A former Pittsburgh financial advisor has testified to paying college football players at Notre Dame, Michigan and Penn State, among others, for more than a dozen years in the hopes of winning their business, according to news reports.

Louis Martin Blazer, who previously pleaded guilty to federal charges after getting accused in 2016 by the SEC and the U.S. Attorney’s Office of misappropriating funds from the NFL players, is also a cooperating witness in the ongoing investigation of bribery in college basketball, CBS Sports writes.

On Tuesday, Blazer testified that he’d been paying football players at Alabama, Notre Dame, Michigan, Penn State, Pittsburgh, Northwestern and North Carolina from 2000 up to 2014, according to the sports news website.

Blazer said he paid the players hoping they would hire him as their financial advisor, and many of them did, according to CBS Sports.

Blazer didn’t name names, but said in his testimony that, in one instance, he had paid the father of one Penn State football player $10,000, encouraged by an assistant coach at the university, whose home was then allegedly used for the transaction, the website writes.

"The coach wanted the player to consider staying," Blazer said, according to CBS Sports. "The player was leaning on coming out."

To other college football players, Blazer paid between $100 and $3,000 a month with cash or via Western Union, he said, according to the website.

"I was later to find out I wasn’t the only one paying these guys," Blazer said, adding that he never paid any college coaches, according to CBS sports.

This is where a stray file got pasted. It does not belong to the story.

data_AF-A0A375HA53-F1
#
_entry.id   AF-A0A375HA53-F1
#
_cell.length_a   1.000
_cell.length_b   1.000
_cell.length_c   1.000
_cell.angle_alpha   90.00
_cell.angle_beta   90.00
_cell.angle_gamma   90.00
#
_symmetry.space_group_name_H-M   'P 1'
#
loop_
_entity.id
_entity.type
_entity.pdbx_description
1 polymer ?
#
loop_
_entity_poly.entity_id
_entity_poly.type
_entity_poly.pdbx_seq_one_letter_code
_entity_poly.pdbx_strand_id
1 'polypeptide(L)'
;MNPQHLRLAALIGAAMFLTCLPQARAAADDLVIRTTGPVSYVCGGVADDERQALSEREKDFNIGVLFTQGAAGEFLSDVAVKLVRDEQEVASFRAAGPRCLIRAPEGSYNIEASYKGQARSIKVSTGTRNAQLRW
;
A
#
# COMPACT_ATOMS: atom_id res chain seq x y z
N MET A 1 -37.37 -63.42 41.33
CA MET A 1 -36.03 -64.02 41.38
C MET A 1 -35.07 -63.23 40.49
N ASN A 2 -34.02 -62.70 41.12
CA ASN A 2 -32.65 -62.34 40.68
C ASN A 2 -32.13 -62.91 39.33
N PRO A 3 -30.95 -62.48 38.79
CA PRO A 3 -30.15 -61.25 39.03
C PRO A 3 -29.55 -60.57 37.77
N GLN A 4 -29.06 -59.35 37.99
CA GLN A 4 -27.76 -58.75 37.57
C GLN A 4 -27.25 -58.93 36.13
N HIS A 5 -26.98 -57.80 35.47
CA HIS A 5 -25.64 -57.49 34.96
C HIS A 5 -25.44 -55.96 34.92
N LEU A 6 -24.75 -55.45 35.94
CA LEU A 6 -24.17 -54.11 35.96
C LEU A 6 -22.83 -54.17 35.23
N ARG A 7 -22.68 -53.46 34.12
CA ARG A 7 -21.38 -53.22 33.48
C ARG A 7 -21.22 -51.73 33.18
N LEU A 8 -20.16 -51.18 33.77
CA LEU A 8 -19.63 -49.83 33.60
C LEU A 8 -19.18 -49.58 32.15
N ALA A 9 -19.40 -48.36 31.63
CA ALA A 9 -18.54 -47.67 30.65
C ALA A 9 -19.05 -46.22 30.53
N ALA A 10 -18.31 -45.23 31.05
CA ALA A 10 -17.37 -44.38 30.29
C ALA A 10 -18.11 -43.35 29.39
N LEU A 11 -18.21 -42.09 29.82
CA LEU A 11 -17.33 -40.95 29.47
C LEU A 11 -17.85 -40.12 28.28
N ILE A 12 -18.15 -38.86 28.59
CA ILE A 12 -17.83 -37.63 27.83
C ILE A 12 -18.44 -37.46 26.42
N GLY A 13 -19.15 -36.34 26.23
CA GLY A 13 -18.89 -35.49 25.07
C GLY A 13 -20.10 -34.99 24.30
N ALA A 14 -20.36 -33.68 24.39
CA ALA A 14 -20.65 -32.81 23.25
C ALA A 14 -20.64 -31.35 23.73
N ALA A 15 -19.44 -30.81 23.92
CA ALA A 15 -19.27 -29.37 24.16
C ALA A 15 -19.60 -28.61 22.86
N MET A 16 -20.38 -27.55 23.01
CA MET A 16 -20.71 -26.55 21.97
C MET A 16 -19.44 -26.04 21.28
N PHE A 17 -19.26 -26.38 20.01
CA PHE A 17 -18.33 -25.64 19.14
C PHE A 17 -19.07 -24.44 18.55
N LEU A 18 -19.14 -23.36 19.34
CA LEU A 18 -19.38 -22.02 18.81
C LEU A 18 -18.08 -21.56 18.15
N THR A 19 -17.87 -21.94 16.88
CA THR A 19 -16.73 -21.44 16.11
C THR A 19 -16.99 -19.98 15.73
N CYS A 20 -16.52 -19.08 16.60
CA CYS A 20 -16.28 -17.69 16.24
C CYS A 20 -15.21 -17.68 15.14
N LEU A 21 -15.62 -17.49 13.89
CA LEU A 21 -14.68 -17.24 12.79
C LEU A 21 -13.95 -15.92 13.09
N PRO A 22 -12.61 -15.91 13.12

In January, a former Oklahoma State University basketball coach pleaded guilty to accepting at least $22,000 in bribes from an unnamed financial advisor for promising to steer basketball players to hire him.

That advisor cooperated with the investigation, the Wall Street Journal reported at the time.

Other than Blazer, another financial advisor who may have been cooperating with authorities was Munish Sood, who was accused of paying bribes to coaches at the University of Arizona, Oklahoma State and the University of Southern California.

Blazer, meanwhile, faces up to 67 years in prison following his guilty pleas to two counts of wire fraud, one count of securities fraud, one count of lying to the SEC and one count of aggravated identify theft in the case involving misappropriating funds from NFL players, CBS Sports writes. He’s cooperating with authorities in the hopes of getting a reduced sentence, according to the website.

Blazer joined the financial services industry in 1992 and had stints at Merrill Lynch and Citigroup but hasn’t been registered with a broker-dealer since 2012, according to his BrokerCheck profile.

From 2009 to 2012, he was registered as an investment advisor with Blazer Investment Advisors, according to SEC records.

During his 18 years as a broker, he racked up four customer disputes, starting from 1999, three of which were denied and one of which was settled for $850,000, according to BrokerCheck. The SEC barred him from the industry in July 2016 over allegations of misappropriating client funds, according to his profile.